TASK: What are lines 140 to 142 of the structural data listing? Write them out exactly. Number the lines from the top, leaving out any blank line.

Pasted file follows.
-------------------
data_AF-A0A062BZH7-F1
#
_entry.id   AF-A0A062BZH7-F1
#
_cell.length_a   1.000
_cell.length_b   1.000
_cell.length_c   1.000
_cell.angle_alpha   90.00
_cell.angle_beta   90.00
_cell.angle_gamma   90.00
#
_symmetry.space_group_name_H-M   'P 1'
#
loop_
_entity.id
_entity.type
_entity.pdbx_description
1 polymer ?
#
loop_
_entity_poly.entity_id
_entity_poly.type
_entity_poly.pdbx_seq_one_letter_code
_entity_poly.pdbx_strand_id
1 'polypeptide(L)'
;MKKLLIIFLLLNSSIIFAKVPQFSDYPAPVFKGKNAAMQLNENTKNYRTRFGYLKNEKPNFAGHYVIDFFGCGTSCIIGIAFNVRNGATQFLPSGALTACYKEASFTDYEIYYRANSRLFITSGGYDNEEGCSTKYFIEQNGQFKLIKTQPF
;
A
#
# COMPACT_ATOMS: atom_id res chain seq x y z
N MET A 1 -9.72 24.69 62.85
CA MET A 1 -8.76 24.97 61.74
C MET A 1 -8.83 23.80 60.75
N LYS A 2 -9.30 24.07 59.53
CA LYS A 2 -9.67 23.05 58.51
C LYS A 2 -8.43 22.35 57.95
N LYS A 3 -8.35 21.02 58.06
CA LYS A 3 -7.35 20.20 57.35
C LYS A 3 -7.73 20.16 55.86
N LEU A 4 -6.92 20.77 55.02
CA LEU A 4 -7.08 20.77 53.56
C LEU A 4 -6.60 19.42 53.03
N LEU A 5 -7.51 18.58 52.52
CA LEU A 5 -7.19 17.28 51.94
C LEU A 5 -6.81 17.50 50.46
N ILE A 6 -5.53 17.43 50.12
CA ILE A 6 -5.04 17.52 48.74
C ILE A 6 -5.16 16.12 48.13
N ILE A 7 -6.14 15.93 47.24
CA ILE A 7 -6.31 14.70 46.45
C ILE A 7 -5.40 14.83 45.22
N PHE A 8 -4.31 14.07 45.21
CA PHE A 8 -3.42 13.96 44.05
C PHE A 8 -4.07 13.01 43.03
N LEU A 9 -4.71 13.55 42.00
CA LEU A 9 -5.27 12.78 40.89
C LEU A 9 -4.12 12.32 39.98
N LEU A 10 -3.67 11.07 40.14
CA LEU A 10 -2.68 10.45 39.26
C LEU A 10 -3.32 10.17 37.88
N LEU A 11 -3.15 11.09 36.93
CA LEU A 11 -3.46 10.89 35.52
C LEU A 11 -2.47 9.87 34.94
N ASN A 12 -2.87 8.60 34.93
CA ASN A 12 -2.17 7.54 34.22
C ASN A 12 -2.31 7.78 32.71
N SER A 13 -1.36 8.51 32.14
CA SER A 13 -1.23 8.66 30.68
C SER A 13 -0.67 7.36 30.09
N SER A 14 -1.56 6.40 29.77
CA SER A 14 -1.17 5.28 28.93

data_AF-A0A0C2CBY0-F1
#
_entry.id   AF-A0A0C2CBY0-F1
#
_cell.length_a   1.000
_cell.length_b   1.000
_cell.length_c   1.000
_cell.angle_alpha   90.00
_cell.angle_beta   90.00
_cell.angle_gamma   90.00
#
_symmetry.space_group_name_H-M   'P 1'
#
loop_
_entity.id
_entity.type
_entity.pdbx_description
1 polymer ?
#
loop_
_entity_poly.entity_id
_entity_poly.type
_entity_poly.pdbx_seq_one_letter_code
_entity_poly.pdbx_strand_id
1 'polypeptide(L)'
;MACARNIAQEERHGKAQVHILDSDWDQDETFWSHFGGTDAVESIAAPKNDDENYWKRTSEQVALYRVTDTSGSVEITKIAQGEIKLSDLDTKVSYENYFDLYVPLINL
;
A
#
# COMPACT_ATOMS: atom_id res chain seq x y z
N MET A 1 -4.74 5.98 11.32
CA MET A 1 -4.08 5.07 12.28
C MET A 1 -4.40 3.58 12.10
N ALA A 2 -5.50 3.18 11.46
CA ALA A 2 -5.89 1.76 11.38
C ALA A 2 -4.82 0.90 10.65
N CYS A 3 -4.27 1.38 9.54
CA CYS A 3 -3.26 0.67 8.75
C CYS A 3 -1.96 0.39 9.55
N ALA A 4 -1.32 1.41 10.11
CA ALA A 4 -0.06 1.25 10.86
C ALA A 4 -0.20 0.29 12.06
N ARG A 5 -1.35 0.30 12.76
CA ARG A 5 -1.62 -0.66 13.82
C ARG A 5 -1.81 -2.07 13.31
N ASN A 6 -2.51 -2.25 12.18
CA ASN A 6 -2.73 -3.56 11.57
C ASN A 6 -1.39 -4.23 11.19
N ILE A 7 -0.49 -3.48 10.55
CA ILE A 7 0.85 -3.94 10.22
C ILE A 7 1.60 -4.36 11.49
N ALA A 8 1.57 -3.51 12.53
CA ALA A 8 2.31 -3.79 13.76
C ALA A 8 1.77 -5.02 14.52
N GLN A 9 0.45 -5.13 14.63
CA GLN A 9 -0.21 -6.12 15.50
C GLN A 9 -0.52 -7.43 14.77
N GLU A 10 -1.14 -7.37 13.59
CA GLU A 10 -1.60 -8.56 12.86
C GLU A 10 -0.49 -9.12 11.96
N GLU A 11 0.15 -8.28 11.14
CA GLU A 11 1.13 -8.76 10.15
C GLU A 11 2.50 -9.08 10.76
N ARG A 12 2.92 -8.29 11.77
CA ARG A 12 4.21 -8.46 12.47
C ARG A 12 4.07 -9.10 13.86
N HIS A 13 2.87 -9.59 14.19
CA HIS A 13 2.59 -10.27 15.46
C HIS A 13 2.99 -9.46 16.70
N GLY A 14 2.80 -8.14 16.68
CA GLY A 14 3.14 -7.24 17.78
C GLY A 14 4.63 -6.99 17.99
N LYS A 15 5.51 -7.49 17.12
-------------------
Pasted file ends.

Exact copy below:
C HIS A 13 2.99 -9.46 16.70
N GLY A 14 2.80 -8.14 16.68
CA GLY A 14 3.14 -7.24 17.78